Lancaster University Center Fills Growing Demand for Highly Skilled Workforce

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The Lancaster University Center
An engineering degree is as close as it gets to a sure thing in terms of a career, and the Lancaster University Center is putting that degree within the reach of students in the Antelope Valley. “The need for engineers is signif­icant,” says LUC director Ken Santerelli. “Over the next 10 years, we could see 50 percent of the engineering workforce retire.” In fact, he says, more than 1.6 million U.S. engineering jobs went unfilled last year, and that trend is expected to continue. The third- and fourth-year courses are offered at the new Lancaster University Center facility, which was developed by the city of Lancaster through an educational partnership between California State University Bakersfield and California State University Fresno. Classroom instruction integrates live instructors and distance-learning technology. Without the LUC, students would have to commute two to three hours to get an engineering degree, says Santerelli. “This is a very valuable program for Antelope Valley residents,” he says. “The first two years of coursework can be obtained at the Antelope Valley Community College, then they can transfer to Lancaster University Center, where we offer degrees for mechanical and electrical engineering, as well as a master’s program.” Demand for engineers is high in the region, thanks to Edwards Air Force Base, the China Lake Naval Air Station, various research laboratories and major contractors in the area. A new and convenient aspect of the program is the electrical and mechanical engineering laboratory, funded through generous donations from the Air Force Research Laboratory, Edwards Air Force Base Flight Test Center and NASA’s Dryden Flight Research Center. “We have just brought this on line,” says Santerelli. “This is very important for the engineering program, because it precludes the necessity for students to travel to Fresno. In fact, it means that the students can remain in Antelope Valley all four years of their education, traveling to Fresno only to graduate.” The cost is much lower as well, says the director. “LUC offers an education that is two-thirds the cost of other programs,” he says. “A person can get a four-year degree in engineering for under $10,000 here. So it is a bargain, largely because of our partnership with Antelope Valley Community College.” LUC’s current enrollment of two dozen students in pre- and post-graduate programs means that students get very personalized guidance. And the center offers students flexible schedules, meaning that they can get an education and work simultaneously. “We also have partnerships with industries here to offer internships to students,” says Santerelli. “The industry is looking for us to graduate engineers they can use to help with the shortage."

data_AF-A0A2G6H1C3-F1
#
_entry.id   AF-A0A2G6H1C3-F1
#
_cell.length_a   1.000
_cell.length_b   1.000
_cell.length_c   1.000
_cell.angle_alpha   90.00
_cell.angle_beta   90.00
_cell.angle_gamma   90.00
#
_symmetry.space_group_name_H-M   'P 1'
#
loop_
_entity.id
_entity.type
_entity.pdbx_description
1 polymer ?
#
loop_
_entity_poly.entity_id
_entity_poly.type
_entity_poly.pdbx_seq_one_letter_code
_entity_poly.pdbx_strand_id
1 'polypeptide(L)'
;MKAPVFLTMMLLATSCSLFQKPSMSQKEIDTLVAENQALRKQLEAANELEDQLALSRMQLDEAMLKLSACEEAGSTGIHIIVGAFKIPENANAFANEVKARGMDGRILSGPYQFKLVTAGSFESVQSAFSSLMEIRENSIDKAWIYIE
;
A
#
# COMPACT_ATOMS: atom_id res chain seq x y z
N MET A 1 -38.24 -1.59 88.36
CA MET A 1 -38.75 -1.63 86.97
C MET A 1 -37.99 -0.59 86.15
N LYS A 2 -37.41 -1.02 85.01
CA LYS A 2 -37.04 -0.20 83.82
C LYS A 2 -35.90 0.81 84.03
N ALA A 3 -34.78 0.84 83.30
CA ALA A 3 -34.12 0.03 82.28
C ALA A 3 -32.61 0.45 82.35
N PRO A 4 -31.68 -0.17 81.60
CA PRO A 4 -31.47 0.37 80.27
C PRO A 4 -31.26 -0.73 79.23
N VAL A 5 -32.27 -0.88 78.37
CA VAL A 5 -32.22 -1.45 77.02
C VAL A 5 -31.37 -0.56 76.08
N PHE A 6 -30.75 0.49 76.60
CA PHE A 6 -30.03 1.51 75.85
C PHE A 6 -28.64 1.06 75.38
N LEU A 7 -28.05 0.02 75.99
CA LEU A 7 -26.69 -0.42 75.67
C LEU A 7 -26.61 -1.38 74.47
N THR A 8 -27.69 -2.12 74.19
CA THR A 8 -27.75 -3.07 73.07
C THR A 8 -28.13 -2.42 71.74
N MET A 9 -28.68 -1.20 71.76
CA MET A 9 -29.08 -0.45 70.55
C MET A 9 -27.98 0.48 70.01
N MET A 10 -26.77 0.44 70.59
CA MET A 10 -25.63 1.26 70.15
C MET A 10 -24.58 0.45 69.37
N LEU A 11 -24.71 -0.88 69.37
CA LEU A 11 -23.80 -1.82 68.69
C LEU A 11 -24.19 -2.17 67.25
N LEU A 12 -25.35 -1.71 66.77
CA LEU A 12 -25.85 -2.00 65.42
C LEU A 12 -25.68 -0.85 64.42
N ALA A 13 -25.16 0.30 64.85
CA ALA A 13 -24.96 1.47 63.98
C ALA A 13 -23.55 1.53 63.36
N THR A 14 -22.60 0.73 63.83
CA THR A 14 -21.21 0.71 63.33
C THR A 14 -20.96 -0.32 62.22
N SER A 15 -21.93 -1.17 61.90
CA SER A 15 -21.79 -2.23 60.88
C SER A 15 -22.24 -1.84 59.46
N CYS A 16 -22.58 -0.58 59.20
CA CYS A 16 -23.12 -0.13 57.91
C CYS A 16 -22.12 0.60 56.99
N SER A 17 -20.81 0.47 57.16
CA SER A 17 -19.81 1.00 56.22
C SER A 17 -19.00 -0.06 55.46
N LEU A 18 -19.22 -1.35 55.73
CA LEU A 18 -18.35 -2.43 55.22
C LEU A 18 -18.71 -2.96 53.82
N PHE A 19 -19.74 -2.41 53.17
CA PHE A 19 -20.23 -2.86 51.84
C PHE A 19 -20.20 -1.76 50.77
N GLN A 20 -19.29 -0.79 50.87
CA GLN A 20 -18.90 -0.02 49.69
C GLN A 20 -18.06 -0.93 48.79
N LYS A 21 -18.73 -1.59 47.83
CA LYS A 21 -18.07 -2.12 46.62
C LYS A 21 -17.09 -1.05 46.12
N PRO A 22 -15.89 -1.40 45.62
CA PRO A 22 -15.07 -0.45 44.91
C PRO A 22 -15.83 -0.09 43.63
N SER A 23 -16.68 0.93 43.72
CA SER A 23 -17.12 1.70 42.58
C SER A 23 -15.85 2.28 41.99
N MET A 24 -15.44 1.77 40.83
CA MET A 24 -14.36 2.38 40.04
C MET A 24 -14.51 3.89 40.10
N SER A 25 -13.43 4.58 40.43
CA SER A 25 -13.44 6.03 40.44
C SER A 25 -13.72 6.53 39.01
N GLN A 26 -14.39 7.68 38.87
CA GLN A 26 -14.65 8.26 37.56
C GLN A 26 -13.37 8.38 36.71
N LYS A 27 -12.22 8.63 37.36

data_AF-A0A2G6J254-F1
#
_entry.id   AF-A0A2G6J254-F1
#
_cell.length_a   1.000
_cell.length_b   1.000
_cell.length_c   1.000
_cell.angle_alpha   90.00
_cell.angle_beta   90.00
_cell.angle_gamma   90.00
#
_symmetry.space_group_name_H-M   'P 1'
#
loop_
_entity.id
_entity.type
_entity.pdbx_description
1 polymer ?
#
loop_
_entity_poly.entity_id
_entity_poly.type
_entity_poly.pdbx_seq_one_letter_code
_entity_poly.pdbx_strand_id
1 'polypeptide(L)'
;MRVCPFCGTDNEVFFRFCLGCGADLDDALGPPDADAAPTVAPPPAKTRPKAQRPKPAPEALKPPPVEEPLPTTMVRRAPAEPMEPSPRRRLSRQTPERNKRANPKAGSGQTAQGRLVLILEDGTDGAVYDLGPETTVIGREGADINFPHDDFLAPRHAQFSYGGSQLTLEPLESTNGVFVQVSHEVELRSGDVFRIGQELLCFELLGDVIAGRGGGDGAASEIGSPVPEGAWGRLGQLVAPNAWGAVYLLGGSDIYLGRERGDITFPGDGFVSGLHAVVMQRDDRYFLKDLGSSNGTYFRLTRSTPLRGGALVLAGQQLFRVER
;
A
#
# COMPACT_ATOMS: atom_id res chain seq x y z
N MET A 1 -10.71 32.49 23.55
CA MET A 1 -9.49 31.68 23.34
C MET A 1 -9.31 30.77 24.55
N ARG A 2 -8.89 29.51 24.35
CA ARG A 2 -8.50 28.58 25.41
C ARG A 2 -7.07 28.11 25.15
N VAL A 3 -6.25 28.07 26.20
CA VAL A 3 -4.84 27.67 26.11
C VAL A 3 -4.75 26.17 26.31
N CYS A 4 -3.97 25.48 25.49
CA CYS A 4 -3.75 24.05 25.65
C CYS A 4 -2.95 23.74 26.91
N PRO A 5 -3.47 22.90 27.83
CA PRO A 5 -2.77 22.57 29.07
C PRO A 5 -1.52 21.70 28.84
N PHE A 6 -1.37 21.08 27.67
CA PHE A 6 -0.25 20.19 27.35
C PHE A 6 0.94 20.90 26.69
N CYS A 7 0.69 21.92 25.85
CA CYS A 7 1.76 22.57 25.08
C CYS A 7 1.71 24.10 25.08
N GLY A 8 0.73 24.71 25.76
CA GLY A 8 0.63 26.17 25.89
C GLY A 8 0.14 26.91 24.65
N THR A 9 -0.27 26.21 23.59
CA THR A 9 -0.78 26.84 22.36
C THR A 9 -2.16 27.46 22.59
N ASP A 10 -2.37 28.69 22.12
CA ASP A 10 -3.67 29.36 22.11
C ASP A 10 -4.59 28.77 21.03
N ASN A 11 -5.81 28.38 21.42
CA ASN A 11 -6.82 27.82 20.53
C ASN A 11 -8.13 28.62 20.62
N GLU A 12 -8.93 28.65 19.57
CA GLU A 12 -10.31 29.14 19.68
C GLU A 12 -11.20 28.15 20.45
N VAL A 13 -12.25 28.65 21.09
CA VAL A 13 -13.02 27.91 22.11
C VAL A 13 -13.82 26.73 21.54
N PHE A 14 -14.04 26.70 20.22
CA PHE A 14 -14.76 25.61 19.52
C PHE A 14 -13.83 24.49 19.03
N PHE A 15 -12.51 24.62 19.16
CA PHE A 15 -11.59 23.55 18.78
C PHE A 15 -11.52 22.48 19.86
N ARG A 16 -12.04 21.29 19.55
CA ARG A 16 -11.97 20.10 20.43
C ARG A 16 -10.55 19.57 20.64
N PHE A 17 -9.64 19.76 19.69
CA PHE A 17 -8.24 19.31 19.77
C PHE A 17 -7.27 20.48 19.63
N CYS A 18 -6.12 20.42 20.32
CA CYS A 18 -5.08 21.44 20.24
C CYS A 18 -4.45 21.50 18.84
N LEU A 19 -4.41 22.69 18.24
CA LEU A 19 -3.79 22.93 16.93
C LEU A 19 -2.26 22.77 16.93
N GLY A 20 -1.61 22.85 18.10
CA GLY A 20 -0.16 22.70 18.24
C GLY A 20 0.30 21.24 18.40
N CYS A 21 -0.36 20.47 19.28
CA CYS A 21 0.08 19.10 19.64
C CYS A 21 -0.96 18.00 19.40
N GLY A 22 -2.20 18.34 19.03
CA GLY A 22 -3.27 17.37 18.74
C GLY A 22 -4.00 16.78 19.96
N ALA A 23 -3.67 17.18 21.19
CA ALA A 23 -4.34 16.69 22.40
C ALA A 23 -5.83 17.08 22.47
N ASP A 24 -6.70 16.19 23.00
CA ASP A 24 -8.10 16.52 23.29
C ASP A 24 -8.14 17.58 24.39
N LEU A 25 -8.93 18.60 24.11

Betsy Williams has extensive experience in economic development and advocating for businesses of all sizes. She enjoyed a 20-year career in chamber of commerce and economic devel... more

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Wed, 02/28/2018 - 21:22